- 1.Conversations with Dead People: A Series – Home
- 2.Conversations with Dead People: A Series – The Gravity of Relationship
- 3.Conversations with Dead People: A Series – Light
- 4.Conversations with Dead People: A Series – Beyond Voting: Albert and Kristina
- 5.Conversations with Dead People: A Series – The Energy of Summer
- 6.Conversations with Dead People: A Series – Zen Koan
- 7.Conversations with Dead People: A Series – Looking at Death
- 8.Conversations with Dead People: A Series – The Last Time
- 9.Conversations with Dead People: A Series – Stick-to-it-ive-ness
- 10.Conversations with Dead People: A Series – Forces of Nature
- 11.Conversations with Dead People: A Series – Courage
- 12.Conversations with Dead People: A Series – September 3rd
- 13.Conversations with Dead People: A Series – The Illusion of Time
- 14.Conversations with Dead People: A Series – Finding Voice
- 15.Conversations with Dead People: A Series – A Talk Amongst Rocks
- 16.Conversations with Dead People: A Series – How to be in Conversation with the Universe
Pen to Paper, 40 Minute Writing
It’s 6am. I am in the garage, having been woken by chicken squawking. I open the door to the chicken coop. At first, I am startled.
“Good morning,” he says.
“Albert Einstein, what are you doing here? And, why didn’t you let the chickens out at sunrise? You know how Yolko is so aggressive towards the four new girls.”
“Yes, Yes,” he says. “I was meditating on her squawks. On her attitude of dominance over the entire flock. For the smallest of all the chickens, she sure knows how to control everyone of them.”
“Yes. I think it’s because she is the least domesticated of all the breeds.”
“Hmmm..” he says, thinking deeply like he always does when he pops in for a visit. I grab the hatch rope, pull up the heavy door of the coop to the outside chicken run, and secure the door’s rope to the nail.
The chickens run out: Rumi, an iridescent green Black Star; Yolko, a silver head Egyptian Fayoumis; Honey, a golden Araucana; Violet, a brown and white Speckled Sussex; Beni, a Red Leghorn; Penguin, a black and white Barred Rock; and then the last two Araucanas, both a gray golden, who were not yet named.
When I turn to look back at Albert, I see he is smoking his pipe, just outside of the garage. He knows I hate the smoke. I walk over to him, he sets his pipe on the top porch step, and offers me a hug.
“How are you this morning?” he asks.
“I slept well. And, I dreamt!”
“Tell me,” he says, as he pats the cement step, encouraging me to sit next to him.
“My favorite subject,” he injects, as he puffs on his pipe three times, holds the smoke, and gently mouths three rings of smoke.
“Light was streaming in a skylight, like how we usually see it. Then, it became something very different, color particles rising and falling, moving with will toward me, and then light became a woman, a teacher.”
“I’m jealous,” he says, as he nudges me with his shoulder.
I turn and look into his face, “You are irreplaceable, dear Albert.”
His smile spreads across his entire face, his eyes twinkling. Yet, I see a sadness on his face, making me wonder what death is like for him. He doesn’t talk about it much.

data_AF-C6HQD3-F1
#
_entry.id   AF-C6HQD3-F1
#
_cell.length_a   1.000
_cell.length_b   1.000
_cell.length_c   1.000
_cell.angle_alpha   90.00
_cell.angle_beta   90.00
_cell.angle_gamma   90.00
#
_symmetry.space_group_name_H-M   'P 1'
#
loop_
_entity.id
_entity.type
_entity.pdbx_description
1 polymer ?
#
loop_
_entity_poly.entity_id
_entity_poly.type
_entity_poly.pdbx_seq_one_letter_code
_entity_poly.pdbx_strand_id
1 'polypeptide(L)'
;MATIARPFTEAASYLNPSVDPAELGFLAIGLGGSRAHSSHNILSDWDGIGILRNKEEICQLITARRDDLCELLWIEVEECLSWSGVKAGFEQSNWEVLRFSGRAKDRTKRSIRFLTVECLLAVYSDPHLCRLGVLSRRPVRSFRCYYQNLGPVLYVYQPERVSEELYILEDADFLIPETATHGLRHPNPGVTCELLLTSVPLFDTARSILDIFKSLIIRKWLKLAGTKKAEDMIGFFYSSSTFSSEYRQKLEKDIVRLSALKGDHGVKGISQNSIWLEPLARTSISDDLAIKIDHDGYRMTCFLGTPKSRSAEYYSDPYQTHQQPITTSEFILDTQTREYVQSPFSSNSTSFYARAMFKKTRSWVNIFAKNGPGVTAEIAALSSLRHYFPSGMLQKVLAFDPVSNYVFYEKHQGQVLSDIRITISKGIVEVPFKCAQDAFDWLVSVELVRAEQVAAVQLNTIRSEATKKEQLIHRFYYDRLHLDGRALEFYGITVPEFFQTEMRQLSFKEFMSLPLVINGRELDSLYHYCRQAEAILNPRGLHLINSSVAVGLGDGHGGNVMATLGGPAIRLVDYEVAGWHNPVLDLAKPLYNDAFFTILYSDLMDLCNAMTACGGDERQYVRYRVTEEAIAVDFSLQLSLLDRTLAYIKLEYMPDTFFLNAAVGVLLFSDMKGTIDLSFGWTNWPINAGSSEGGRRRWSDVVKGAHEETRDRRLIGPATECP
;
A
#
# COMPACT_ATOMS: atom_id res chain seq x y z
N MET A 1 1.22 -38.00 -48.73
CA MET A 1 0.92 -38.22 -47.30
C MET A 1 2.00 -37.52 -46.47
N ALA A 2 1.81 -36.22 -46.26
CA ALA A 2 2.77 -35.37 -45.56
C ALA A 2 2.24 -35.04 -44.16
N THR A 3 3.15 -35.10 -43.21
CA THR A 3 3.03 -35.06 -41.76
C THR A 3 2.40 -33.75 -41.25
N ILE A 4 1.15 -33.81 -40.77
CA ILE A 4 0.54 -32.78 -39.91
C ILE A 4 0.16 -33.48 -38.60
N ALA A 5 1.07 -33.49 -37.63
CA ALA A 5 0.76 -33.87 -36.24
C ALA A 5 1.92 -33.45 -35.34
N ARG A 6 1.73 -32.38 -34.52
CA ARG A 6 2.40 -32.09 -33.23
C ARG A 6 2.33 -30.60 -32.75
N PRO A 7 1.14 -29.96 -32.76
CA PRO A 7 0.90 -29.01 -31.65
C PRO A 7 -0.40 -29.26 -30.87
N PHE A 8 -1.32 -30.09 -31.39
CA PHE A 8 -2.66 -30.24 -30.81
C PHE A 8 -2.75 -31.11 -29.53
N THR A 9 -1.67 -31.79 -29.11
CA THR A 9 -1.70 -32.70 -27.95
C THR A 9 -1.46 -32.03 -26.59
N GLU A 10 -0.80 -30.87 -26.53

“Now, go on. Give me every little detail of this dream.”
“I’m in a small room, lying in a small bed, sleeping. On the opposite side of the room, there is a skylight. My eyes open to light streaming through the skylight. As I watch, the waves of light become pieces of light, and then this woman. She says she can be a teacher.” I pause, trying to put words to an experience that feels unspeakable. “The feeling I got from her is the same feeling that arises in my body when you hug me, Albert – full embodiment, an opening to the mystery, love.”
Suddenly, a chicken squawks from the garage. We both move to jump up, me a bit faster, so I turn and help Albert up. As we enter the garage, we see Rumi in one of the nesting boxes.
“I think we are going to get one of our first brown eggs,” I say.
He squeezes my hand.
“They are all just beginning to lay. Rumi, Penguin and Violet are brown egg layers; the Araucanas lay blue-green eggs. I’m not yet sure about Yolko and Beni.”
“Let’s watch. I can’t think of a better way to get close to God’s thoughts than to meditate on a chicken laying her first egg!” he says with enthusiasm.
As I pull up a white square bucket full of birdseed for him to sit on, I say, “Speaking of getting close to God’s thoughts, did you hear about the discovery?”
“Discovery?” he asks as he carefully sits on the low bucket.
“Yes, they actually heard your gravitational waves. A rising middle C. I still can’t get over it, Albert, we can hear gravity, not to mention the fact that we are held here on Earth because the fabric of Spacetime is pushing us, Spacetime woven together as one thing, pushing you onto that bucket.”
“He laughs, “Ha! I knew it. Newton was wrong. The apple wasn’t pulled to the ground, but Spacetime pushed it!”
Just at that moment, Rumi’s squawk feels as if it will crack open our ear drums. I walk into the coop, lift her iridescent green and black body into my arms, and then grab her warm brown egg.
Conversations with Dead People is a series of stories which show up in my meditative practice, Contemplative Writing. With this practice I sit with pen and paper, twenty minutes, and write to a prompt from a meditative space. I share these stories with minimal edits to share the depth, the directness, the deep body sense, I experience with my teachers.
Albert Einstein pops into my writing often, we hang out, giving us both a direct chance to explore the illusion of time. Albert feeds me tremendous encouragement to trust the irresistible urge I have to grieve, and heal, through death.
We also meet Thomas Merton, Georgia O’Keeffe, Carl Jung, and more through this weekly blog, Conversations with Dead People: A Series. Please join us each week.